Well, dear readers, while Janetta stalwartly kept you entertained this summer, plying you with recipes for delectable food and thoughts about life, I found myself struggling mightily to wrestle the school year to the ground. It. Would. Not. Die.
Not that I don't love my job; I do. But the moment of feeling free and clear, ready to recharge, just took longer to arrive than I would have liked. But arrive it did: I can now report, most happily, that—just as I am readying myself for the upcoming school year—I am grabbing some moments to revel in these last, beautiful days of summer. I am done with exams, grading, meetings, reports, and much of the other business involved in finishing up yet another school year, and poised to start all over again. But for a few days now—at long last—I feel free to turn my thoughts from blue books to blue skies.
I look forward to sharing what I cooked and ate and thought about this summer. I have a backlog of recipes and food-related thoughts and adventures to write about—among them, a recent spate of meals chez moi consisting of various mezze perfect for warm summer and early autumn days. But for now I will (finally!) deliver the recipe for the enchiladas mentioned by Janetta a few posts ago. I made them for our school’s Diversity Potluck last spring, and, dare I say, they came out pretty tasty—in the words of my Nana, muy sabrosas.
A note about the recipes I am giving you…. My mother is Mexican, and she makes a mean enchilada. I could give you her recipe. But as I prepared to make my batch for the potluck lunch, I realized that her recipe is not written down, and I would have to calculate quantities for the recipe when I wrote it up… so for a baseline set of measurements I consulted my favorite Mexican cookbooks, a few each by Diana Kennedy and Rick Bayless. And then I trolled through a number of other, more general cookbooks. In the end, perhaps oddly, I decided to use the distinctly not-Mexican Mark Bittman’s recipes for both green sauce and enchiladas; his recipes are a bit more streamlined than the others, but much the same… and they yield a dish of authentic, well-rounded deliciousness.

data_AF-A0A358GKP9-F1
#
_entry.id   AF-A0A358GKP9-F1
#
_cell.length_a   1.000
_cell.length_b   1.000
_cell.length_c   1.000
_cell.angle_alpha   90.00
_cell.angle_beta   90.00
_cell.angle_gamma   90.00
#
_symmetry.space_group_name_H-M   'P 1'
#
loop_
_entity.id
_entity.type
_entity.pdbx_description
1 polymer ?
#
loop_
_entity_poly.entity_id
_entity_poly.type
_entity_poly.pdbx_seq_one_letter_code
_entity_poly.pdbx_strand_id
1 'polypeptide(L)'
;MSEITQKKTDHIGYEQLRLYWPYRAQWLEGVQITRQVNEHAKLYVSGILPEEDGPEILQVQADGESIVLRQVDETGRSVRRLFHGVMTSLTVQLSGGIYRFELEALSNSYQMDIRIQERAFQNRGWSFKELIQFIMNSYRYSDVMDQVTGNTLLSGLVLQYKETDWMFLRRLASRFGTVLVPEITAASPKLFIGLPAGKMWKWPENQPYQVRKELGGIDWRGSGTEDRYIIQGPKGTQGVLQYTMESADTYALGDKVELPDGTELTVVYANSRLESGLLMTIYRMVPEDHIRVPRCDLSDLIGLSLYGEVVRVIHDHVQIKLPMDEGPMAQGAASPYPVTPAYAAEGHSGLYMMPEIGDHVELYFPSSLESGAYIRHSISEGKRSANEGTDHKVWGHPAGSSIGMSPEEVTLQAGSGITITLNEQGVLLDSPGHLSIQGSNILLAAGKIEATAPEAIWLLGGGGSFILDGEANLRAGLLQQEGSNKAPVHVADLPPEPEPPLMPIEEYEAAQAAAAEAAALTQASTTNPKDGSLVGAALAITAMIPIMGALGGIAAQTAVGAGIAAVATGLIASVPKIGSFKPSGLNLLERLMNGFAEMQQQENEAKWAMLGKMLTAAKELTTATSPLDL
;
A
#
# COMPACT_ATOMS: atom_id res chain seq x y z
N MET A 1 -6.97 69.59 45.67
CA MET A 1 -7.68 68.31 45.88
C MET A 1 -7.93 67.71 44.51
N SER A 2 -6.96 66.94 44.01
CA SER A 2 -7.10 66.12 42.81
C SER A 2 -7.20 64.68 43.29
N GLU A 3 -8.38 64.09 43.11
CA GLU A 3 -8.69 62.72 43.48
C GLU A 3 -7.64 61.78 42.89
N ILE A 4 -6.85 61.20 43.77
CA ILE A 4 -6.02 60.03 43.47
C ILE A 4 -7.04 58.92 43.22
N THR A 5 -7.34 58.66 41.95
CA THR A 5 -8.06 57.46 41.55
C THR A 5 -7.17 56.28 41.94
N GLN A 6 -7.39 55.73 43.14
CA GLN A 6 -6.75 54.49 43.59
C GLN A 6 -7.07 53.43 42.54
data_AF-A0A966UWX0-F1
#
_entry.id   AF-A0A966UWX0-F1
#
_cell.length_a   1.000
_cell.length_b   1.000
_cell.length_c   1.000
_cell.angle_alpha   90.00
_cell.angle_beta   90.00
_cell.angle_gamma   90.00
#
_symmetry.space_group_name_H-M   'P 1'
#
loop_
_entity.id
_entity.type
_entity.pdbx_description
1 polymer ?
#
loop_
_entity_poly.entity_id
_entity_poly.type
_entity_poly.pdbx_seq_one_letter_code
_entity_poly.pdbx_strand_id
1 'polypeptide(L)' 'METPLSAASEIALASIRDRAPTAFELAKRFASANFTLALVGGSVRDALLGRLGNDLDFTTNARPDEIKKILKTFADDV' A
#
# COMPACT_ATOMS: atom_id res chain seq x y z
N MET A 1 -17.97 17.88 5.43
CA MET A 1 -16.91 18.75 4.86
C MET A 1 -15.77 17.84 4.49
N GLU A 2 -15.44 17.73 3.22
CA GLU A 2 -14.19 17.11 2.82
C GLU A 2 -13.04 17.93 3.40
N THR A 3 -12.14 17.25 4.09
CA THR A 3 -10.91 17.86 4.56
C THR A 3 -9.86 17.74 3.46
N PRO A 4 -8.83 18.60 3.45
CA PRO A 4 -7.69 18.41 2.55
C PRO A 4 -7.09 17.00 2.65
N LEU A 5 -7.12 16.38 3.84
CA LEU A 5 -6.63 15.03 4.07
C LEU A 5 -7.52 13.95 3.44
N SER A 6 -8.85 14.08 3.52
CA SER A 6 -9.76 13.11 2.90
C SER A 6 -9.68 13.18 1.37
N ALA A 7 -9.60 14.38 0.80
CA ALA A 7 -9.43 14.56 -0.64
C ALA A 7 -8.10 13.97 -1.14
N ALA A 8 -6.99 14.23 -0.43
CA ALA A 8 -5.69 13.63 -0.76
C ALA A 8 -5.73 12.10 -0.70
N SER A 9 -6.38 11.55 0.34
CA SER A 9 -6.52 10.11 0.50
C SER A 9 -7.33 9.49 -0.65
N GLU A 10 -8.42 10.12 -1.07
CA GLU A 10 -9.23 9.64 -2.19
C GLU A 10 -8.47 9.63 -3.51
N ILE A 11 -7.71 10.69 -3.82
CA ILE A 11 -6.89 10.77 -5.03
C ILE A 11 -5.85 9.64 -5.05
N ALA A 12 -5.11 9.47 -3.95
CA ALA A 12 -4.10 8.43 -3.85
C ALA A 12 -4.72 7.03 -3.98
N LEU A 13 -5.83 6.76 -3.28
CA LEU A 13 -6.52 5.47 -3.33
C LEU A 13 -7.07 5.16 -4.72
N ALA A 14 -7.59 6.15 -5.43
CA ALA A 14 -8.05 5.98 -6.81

Enchiladas verdes, green enchiladas, are the best kind of “peasant” food—simple ingredients that blend satisfyingly into a whole greater than its parts. I encourage you to seek out the best ingredients you can when you assemble these. You don’t need to make your own corn tortillas (I didn’t), but buy good ones that aren’t over-processed, but rather look golden and grainy. I actually like the ones you can buy at Trader Joe’s, and the organic ones at Whole Foods. And, if you are looking for one-stop shopping, Whole Foods will also yield up the other important bits: queso fresco and queso cotija, a salty artisanal Mexican cheese, as well as the requisite tomatillos, peppers, cilantro, and so on.
I love salsa verde. So much that is so, well, green goes into it. Just looking at the pile of ingredients makes me happy. And cooking with tomatillos (sometimes called tomates verdes, or green tomatoes) always proves interesting. Their papery hulls are fun to peel off (especially for the likes of Sam), the oddly sticky quality of their skin fascinates me, and they pack a nutritional wallop: low in calories, they contain a large amount of potassium and good bits of vitamin C, folic acid, and vitamin A. And their tangy, lemony flavor complements chiles (moderating their bite) and more. (Interestingly, they contain a substance much like pectin, which thickens sauces or salsas as they cool.)
Other things to do with tomatillos? You can add them raw to cold soups or stir-fry them in a little bit of oil or broth with some onions, garlic, salt, and pepper. And a simple yet delicious way to eat them is as part of a salsa crude, or raw salsa, to eat with chips or on the side of any number of meals: mix together chopped tomatillos, tomatoes, onions, jalapeños, and cilantro, then season to taste with lime juice and salt.
Bueno. Without further ado, the recipes. Buen provecho!
(Cooked Tomatillo Salsa)
Adapted from Mark Bittman’s How to Cook Everything Vegetarian
Bittman suggests that for milder sauce, you substitute poblanos for the hot chile. For “in-your-face heat,” leave the seeds in the jalapeños or add even more, to taste.
I heartily endorse Bittman’s suggestion to add salsa verde to scrambled eggs; very tasty.